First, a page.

2008-04-01 12:24 PM
A LUN is a LUN is a LUN. Structurally, there are no differences between the two. The difference lays in the protocol which is used to access them. You can umap an FCP LUN and map it to an iSCSI initiator or vice versa.
In fact, with the ONTAP DSM 3.2 you can have a mix of iSCSI and FCP paths to the same LUN on a windows box.
2008-04-02 06:49 AM
The performance of an iSCSI LUN vs an FC LUN is dependent upon many things, the however, the structure of the LUN itself is not one of them. For example:
1) Are you using a dedicated network segment?
2) Is I/O to the LUN getting routed?
3) Do you use switches that share buffers among Port Groups?
4) Do you use Jumbo frames (end-to-end)
5) Possible driver issues on the host side. Is it possible the driver may not be responding to pause frame requests and continues to fwd packets which are dropped by the switch because of buffer overflow/overrun which requests a re-send of lost packets. Have you looked the switch port logs?
5) Have you try going Direct connect to the array Port to eliminate possible networking issues?
2008-04-02 12:56 PM
Just to give some figures:
we use a FAS3020c as our central log filer: all our databases use this system for there logs. Depending on the database type, we use iSCSI (ms SQL) or FCP (Sybase).
With our sybase, our response time (write) is less than 0.6 ms (between 0.5 and 0.6 ms). For iSCSI, we see a response time of 0.6 ms.
Conclusion: we see almost the same response time for both environments.
When you need throuput, than FCP has an advantage if you can't use 10 GbE for iSCSI.In the near future the price of an 10 GbE will drop and then you can use this more easy and will have a higher bandwith than FCP.
2008-04-02 01:07 PM
Are you using Hardware iSCSI HBA or TOE Card to get the same perfomance as of 2/4 GBS FC card??
How does the host see iscsi lun , is this same c0t0d0 format or in different format ??
2008-04-02 01:29 PM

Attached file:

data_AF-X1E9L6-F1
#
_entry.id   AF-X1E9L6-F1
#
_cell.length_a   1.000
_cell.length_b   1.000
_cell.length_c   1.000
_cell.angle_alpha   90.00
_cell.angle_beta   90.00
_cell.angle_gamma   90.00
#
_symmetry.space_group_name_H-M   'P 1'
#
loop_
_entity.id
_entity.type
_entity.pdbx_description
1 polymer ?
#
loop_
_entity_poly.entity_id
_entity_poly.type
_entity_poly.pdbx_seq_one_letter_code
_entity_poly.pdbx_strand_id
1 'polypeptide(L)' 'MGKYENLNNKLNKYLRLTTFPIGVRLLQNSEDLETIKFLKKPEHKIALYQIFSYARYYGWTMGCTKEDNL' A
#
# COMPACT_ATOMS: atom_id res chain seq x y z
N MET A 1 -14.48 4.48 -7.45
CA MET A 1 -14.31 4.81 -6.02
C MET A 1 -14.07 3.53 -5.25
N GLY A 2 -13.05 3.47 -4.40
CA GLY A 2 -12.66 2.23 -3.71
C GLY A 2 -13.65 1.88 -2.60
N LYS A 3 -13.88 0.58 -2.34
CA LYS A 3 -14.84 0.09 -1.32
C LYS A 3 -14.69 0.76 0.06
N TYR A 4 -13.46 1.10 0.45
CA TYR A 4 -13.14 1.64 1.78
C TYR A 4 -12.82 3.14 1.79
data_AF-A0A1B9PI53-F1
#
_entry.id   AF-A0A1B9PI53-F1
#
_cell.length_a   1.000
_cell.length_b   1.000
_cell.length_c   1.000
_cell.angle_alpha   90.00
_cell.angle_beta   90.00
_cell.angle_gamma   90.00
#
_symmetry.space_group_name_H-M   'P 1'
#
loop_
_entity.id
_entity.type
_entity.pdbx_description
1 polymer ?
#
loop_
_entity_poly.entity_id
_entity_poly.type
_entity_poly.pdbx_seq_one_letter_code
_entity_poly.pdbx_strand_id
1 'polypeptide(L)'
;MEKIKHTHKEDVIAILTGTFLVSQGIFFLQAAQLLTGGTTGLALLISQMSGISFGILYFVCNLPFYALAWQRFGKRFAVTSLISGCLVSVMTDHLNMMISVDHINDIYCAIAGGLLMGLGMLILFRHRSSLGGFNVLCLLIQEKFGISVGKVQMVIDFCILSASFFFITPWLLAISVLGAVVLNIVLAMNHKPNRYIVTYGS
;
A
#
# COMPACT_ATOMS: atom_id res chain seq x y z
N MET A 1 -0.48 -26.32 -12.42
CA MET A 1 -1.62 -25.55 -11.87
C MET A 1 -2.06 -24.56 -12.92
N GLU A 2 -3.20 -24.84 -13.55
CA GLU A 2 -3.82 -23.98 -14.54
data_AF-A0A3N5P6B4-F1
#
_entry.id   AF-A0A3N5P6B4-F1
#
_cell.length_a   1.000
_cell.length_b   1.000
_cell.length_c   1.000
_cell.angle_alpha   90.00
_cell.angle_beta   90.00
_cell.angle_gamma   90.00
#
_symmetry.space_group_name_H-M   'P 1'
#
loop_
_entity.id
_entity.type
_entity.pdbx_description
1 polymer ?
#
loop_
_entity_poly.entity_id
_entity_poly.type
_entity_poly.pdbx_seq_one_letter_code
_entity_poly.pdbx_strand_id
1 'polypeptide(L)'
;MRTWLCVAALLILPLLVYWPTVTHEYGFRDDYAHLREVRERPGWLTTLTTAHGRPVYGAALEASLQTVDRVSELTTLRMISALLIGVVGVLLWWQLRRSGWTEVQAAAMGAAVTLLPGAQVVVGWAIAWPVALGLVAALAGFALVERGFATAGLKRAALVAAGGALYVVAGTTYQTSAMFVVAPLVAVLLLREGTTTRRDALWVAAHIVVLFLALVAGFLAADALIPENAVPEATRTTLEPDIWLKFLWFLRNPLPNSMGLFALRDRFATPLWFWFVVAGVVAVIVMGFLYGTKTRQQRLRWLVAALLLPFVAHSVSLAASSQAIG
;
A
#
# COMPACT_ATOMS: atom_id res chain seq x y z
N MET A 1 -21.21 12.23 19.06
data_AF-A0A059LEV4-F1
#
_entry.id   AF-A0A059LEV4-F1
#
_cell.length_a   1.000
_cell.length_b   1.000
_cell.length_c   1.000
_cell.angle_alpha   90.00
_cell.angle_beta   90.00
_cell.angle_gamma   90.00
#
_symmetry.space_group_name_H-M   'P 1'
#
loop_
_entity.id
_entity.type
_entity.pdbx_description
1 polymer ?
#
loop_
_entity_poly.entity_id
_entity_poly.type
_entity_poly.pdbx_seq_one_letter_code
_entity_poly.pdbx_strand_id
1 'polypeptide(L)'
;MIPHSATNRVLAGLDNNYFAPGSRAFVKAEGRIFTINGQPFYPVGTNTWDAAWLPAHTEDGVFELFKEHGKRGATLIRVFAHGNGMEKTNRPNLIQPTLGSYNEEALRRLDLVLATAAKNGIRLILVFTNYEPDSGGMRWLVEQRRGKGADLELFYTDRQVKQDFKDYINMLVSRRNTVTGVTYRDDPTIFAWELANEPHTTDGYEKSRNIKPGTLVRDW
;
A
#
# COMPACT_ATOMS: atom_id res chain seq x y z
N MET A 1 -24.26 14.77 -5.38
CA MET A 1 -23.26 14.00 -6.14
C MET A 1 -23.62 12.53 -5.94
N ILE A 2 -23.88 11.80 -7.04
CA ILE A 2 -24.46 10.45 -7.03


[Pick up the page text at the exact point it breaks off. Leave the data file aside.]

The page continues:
iSCSI performance is one of the most misunderstood aspects of the protocol. Looking at it purely from a bandwidth perspective, Fibre Channel at 2/4Gbit certainly appears much faster than iSCSI at 1Gbit. However, there are two important terms that need to be defined: Bandwidth and Throughput
Bandwidth: The amount of data transferred over a specific time period. This is measured in KB/s, MB/s, GB/s
Throughput: The amount of work accomplished by the system over a specific time period. This is measured in IOPS (I/Os per second), TPS (transactions per second)
There is a significant difference between the two in that Throughput has varying I/O sizes which have a direct effect on Bandwidth. Consider an application that requires 5000 IOPS at a 4k block size. That translates to a bandwidth of 20MB/s. Now consider the same application but at a 64k size. That's a bandwidth of 320MB/s.
Naturally, as the I/O size increases the interconnect with the smaller bandwidth will become a bottleneck sooner than the interconnect with the larger one (iSCSI vs FC).
At small block random I/O (4k-8k) both protocols perform equally well with similar IOPs and latencies but as the I/O size increases one (iSCSI) gets affected more than the other (FC)
TOEs and iSCSI HBAs do not guarantee higher performance and that's not the reason to deploy them. In fact, for a lot of workloads the native SW intiators outperform the iSCSI HBAs. The reason these cards came to fruition was to offload TCP and iSCSI processing overhead from the CPU. In an already underutilized server they provide no benefit unless you want to boot and even then you still don't need them given that there are NICs out there that support IP SAN boot using native iscsi stacks.
2008-04-02 01:33 PM
No we don't use iSCSI HBA's, we have test this in the past (iSCSI HBA) but the microsoft iSCSI initiator is a great peace of software (for me, almost the best what microsoft has produced so far ).
So the performance is the same and in some cases better than an hardware card. The only disadvantage of the software initiator is that you consume some cpu cycles. But in the latest hardware, the CPU is not your bottleneck (even in a vmware environment) but your amount of memory is. So it's no problem to consume some cycles for iSCSI.
I have no (l)unix experiance with iSCSI. We use iSCSI only with windows. But I assume that there is also no difference between iSCSI and FCP.
2008-04-03 06:23 AM
No, there is no difference between a LUN served up via iSCS and a LUN served up via FCP. The difference is only in how the server connects to the LUN, the LUN is the same. As a matter of fact, I can create a database (SQL Server or Oracle or any other) in a LUN which is connected to the server via iSCSI. If I want to change this to FCP, I shut down the database, unmap the LUN from the iSCSI connection and remap it via an FCP connection and restart the database. The database or application will have no idea the connection protocol has just changed.
A LUN is a LUN, you connect to the LUN via iSCSI of FCP but the LUN doesn't change depending on which connection you choose.
Database Field Technical Lead